Orioles Card "O" the Day

An intersection of two of my passions: baseball cards and the Baltimore Orioles. Updated daily?

Friday, November 12, 2010

Vintage Fridays: Baltimore Orioles, 1968 Topps #334

Sitting front and center in this team photo is Jay Mazzone. Jay was the Orioles bat boy from 1966-1971, meaning that he got to experience four World Series (including two championships) in his six years as a young employee for the O's. He usually assisted the visiting team, and worked Sandy Koufax's final game in the 1966 Series. The Birds even gave him a partial World Series share in his final season. He also had the opportunity to meet three presidents. But that's not the only thing that makes Jay remarkable.

A few nights ago I was watching a replay Game One of the 1970 World Series on MASN. It was the infamous Bernie Carbo game, in which Elrod Hendricks fielded a ball with his bare hand and tagged Carbo with his empty glove, and the confused umpire (who had been entangled with the players) called the Reds player out. The Birds won 4-3.

In the middle of the game, the camera settled upon Jay Mazzone and the play-by-play announcer pointed out that the teenager had lost both of his hands in an unfortunate accident when he was just a toddler. At the age of two, his snowsuit caught fire and amputation was necessary due to the severity of the burns. He was outfitted with prosthetic hooks, which he had learned to use deftly to handle objects - including bats and balls. I was surprised that I had never heard about him before, beyond passing mentions of his name. I checked the team cards in my collection, and none give a really clear view of Jay's appendages. The closest was the 1971 card, but I'd already used it last summer.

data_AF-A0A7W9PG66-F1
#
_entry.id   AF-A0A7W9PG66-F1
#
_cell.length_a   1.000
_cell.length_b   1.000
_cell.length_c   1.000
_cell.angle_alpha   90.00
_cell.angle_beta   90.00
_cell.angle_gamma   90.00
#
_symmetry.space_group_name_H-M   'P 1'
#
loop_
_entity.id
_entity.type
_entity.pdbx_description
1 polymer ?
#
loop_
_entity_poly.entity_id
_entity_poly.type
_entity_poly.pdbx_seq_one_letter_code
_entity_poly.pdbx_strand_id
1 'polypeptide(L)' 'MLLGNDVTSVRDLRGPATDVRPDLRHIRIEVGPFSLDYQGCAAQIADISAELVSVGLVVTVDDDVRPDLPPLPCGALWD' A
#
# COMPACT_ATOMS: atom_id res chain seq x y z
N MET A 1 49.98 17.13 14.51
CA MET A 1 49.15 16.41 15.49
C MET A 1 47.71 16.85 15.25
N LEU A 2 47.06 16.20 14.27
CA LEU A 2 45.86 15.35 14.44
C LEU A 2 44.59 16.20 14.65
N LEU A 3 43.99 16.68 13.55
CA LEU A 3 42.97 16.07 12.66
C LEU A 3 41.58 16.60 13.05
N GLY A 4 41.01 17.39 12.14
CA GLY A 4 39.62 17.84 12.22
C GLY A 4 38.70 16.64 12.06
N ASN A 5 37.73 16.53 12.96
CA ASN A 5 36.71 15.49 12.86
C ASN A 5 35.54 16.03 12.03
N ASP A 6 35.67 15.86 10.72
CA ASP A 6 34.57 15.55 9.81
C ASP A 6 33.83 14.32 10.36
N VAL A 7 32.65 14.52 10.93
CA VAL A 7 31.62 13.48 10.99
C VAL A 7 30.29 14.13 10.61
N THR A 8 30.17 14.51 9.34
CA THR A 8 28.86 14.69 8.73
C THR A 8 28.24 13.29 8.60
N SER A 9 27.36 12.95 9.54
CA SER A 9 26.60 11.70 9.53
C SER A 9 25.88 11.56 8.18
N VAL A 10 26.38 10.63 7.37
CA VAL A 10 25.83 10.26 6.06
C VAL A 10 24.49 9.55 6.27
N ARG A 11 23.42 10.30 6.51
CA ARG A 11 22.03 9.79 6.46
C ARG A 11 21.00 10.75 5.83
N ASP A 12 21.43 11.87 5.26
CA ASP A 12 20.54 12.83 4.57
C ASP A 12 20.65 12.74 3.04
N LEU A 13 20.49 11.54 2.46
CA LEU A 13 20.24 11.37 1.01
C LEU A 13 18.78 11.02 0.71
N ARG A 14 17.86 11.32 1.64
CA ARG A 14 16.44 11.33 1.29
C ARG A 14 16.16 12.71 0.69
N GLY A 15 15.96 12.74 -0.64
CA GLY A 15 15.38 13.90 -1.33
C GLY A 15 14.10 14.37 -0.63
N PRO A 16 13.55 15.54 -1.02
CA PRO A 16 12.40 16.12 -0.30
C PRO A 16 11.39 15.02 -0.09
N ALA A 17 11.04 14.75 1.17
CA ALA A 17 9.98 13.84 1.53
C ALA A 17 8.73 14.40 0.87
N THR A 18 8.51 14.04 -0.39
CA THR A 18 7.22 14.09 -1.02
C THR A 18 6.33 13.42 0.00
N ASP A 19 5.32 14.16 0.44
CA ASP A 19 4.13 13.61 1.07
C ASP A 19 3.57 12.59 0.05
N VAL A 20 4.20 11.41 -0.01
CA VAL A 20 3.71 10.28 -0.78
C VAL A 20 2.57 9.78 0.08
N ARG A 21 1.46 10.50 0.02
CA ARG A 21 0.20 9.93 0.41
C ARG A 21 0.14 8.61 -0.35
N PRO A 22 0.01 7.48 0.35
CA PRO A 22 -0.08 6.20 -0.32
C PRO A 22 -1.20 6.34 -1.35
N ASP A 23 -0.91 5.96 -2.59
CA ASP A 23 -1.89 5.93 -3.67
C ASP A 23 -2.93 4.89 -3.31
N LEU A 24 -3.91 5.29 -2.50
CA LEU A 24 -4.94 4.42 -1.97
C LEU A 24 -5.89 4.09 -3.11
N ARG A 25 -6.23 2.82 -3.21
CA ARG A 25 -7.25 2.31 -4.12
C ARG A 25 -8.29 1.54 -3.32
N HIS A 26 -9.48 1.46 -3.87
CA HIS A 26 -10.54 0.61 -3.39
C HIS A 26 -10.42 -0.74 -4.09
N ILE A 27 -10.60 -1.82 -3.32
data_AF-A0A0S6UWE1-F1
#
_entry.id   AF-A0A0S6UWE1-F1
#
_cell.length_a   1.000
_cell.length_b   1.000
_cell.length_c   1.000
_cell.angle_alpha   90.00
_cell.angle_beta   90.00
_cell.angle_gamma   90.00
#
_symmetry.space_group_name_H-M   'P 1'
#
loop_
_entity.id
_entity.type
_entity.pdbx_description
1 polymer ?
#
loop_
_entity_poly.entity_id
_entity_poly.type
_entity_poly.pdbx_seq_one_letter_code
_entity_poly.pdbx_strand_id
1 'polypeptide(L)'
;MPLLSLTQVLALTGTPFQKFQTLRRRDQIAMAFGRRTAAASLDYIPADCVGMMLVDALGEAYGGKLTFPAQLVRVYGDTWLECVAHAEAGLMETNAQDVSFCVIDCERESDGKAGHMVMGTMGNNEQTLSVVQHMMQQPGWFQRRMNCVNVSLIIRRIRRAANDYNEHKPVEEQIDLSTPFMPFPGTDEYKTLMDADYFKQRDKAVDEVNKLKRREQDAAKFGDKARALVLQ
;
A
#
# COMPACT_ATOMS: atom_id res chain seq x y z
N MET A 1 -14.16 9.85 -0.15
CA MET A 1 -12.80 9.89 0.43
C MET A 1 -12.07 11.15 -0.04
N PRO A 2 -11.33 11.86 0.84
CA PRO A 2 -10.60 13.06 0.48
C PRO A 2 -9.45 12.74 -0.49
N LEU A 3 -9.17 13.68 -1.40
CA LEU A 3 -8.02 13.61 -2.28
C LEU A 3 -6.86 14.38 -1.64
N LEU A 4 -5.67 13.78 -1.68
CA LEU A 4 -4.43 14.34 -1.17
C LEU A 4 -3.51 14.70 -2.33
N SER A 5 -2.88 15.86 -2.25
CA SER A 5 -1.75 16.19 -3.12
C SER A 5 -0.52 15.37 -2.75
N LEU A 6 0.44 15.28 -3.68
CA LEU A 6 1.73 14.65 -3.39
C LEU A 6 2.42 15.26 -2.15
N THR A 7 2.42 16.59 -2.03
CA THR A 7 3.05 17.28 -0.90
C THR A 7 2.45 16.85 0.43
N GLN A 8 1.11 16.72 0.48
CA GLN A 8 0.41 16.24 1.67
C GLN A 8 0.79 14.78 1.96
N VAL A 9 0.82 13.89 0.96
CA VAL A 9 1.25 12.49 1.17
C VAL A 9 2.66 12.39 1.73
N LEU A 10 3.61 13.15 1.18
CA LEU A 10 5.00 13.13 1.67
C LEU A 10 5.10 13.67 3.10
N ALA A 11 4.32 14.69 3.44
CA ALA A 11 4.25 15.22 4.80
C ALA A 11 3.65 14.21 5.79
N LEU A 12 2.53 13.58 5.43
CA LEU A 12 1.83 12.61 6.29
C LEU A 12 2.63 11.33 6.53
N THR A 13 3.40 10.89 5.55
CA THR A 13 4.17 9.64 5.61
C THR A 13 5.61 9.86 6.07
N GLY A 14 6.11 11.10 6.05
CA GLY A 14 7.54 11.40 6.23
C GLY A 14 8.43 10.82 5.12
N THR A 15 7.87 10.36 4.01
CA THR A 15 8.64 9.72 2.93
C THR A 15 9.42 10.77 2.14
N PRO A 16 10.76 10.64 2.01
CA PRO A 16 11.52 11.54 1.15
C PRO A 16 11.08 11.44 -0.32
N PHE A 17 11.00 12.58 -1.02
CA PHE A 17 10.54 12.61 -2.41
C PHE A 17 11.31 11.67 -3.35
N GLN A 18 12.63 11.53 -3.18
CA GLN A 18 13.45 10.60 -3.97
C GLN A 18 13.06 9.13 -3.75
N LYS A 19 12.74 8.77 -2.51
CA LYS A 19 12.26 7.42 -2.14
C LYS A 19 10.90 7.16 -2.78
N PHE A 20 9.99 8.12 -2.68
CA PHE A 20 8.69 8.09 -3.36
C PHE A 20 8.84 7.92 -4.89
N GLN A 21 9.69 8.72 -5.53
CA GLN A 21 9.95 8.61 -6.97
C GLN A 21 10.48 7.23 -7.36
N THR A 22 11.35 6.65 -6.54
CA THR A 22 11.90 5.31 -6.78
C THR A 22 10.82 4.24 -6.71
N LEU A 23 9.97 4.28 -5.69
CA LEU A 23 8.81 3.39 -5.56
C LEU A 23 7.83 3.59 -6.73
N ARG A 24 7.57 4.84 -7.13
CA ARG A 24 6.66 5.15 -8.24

I checked online to see if there was any more information about Mazzone, and found a few articles. The Baltimore Sun caught up with him in 2007, and found that he was living in Parkton (north of Baltimore) with his wife Bobbie. At age 54, he was working as a heavy equipment operator for R&F Construction Co. on Eutaw Street, within shouting distance of Oriole Park at Camden Yards.

The other article was a USA Today piece about kangaroo courts, and they had Jay share an amusing story about the O's brand of clubhouse justice. Frank Robinson presided over the team's mock court, and he got along well with the bat boy. However, Mazzone felt that many of the other players were overly sensitive to his disability and didn't know how to treat him. During one "trial", Robinson asked for a thumbs-up or thumbs-down vote to decide whether a fine should be levied on a teammate. Afterward, he announced that Jay would be fined for not voting. That broke the tension, and from then on the players treated him more inclusively. Jimmy Tyler even made Mazzone a big cardboard thumb so that he could participate in future votes!

(With this, my second blog entry about bat boys, I now believe that I hold an unofficial record in the baseball card blogosphere.)


Doug C. said...

Kevin, I'd forgotten about Jay Mazzone, thanks for reminding us of his story.

Kyle said...

Brooks Robinson talks a little bit about him in his book 'Putting it All Together' about the 1970 WS. Interesting stuff...

Kevin said...

Doug - You're welcome.

Kyle - Thanks, I'll have to check it out.